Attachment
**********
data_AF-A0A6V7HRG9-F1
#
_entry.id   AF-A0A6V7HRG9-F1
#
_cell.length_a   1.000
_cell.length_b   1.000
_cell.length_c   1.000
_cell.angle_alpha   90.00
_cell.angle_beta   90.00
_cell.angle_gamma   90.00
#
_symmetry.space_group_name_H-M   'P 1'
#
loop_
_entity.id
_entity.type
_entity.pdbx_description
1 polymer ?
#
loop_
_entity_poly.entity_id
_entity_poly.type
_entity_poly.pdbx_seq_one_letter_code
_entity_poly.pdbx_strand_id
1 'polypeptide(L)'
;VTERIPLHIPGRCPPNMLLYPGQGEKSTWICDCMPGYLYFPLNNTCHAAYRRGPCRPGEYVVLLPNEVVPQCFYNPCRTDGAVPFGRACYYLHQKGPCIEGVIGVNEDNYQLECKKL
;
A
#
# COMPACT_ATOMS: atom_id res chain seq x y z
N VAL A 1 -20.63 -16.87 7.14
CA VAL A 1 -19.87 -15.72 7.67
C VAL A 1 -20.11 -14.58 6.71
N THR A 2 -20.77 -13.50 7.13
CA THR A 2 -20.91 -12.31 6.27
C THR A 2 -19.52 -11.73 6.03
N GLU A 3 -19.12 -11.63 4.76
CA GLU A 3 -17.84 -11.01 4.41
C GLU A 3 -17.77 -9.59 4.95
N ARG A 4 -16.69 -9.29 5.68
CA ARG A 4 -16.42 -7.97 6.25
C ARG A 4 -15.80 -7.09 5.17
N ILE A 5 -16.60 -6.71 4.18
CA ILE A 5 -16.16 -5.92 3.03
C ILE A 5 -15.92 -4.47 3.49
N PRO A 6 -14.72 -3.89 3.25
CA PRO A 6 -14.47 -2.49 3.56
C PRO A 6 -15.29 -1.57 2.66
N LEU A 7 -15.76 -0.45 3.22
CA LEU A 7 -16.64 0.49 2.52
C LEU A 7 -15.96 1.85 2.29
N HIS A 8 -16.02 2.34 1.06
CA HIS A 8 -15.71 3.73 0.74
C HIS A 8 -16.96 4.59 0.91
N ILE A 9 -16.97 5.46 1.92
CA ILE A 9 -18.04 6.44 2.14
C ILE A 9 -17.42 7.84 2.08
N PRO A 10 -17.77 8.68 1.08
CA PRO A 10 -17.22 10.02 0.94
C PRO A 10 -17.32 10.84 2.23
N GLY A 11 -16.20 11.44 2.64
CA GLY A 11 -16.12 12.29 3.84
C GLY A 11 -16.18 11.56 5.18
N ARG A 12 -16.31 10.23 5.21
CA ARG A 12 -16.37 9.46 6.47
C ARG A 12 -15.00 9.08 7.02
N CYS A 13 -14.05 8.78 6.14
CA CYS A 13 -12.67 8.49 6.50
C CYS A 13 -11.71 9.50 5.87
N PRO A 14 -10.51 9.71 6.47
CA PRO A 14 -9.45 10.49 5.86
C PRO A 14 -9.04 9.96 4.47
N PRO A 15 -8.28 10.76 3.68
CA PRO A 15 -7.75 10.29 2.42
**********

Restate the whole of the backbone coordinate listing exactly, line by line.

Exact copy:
data_AF-A0A6V7HRG9-F1
#
_entry.id   AF-A0A6V7HRG9-F1
#
_cell.length_a   1.000
_cell.length_b   1.000
_cell.length_c   1.000
_cell.angle_alpha   90.00
_cell.angle_beta   90.00
_cell.angle_gamma   90.00
#
_symmetry.space_group_name_H-M   'P 1'
#
loop_
_entity.id
_entity.type
_entity.pdbx_description
1 polymer ?
#
loop_
_entity_poly.entity_id
_entity_poly.type
_entity_poly.pdbx_seq_one_letter_code
_entity_poly.pdbx_strand_id
1 'polypeptide(L)'
;VTERIPLHIPGRCPPNMLLYPGQGEKSTWICDCMPGYLYFPLNNTCHAAYRRGPCRPGEYVVLLPNEVVPQCFYNPCRTDGAVPFGRACYYLHQKGPCIEGVIGVNEDNYQLECKKL
;
A
#
# COMPACT_ATOMS: atom_id res chain seq x y z
N VAL A 1 -20.63 -16.87 7.14
CA VAL A 1 -19.87 -15.72 7.67
C VAL A 1 -20.11 -14.58 6.71
N THR A 2 -20.77 -13.50 7.13
CA THR A 2 -20.91 -12.31 6.27
C THR A 2 -19.52 -11.73 6.03
N GLU A 3 -19.12 -11.63 4.76
CA GLU A 3 -17.84 -11.01 4.41
C GLU A 3 -17.77 -9.59 4.95
N ARG A 4 -16.69 -9.29 5.68
CA ARG A 4 -16.42 -7.97 6.25
C ARG A 4 -15.80 -7.09 5.17
N ILE A 5 -16.60 -6.71 4.18
CA ILE A 5 -16.16 -5.92 3.03
C ILE A 5 -15.92 -4.47 3.49
N PRO A 6 -14.72 -3.89 3.25
CA PRO A 6 -14.47 -2.49 3.56
C PRO A 6 -15.29 -1.57 2.66
N LEU A 7 -15.76 -0.45 3.22
CA LEU A 7 -16.64 0.49 2.52
C LEU A 7 -15.96 1.85 2.29
N HIS A 8 -16.02 2.34 1.06
CA HIS A 8 -15.71 3.73 0.74
C HIS A 8 -16.96 4.59 0.91
N ILE A 9 -16.97 5.46 1.92
CA ILE A 9 -18.04 6.44 2.14
C ILE A 9 -17.42 7.84 2.08
N PRO A 10 -17.77 8.68 1.08
CA PRO A 10 -17.22 10.02 0.94
C PRO A 10 -17.32 10.84 2.23
N GLY A 11 -16.20 11.44 2.64
CA GLY A 11 -16.12 12.29 3.84
C GLY A 11 -16.18 11.56 5.18
N ARG A 12 -16.31 10.23 5.21
CA ARG A 12 -16.37 9.46 6.47
C ARG A 12 -15.00 9.08 7.02
N CYS A 13 -14.05 8.78 6.14
CA CYS A 13 -12.67 8.49 6.50
C CYS A 13 -11.71 9.50 5.87
N PRO A 14 -10.51 9.71 6.47
CA PRO A 14 -9.45 10.49 5.86
C PRO A 14 -9.04 9.96 4.47
N PRO A 15 -8.28 10.76 3.68
CA PRO A 15 -7.75 10.29 2.42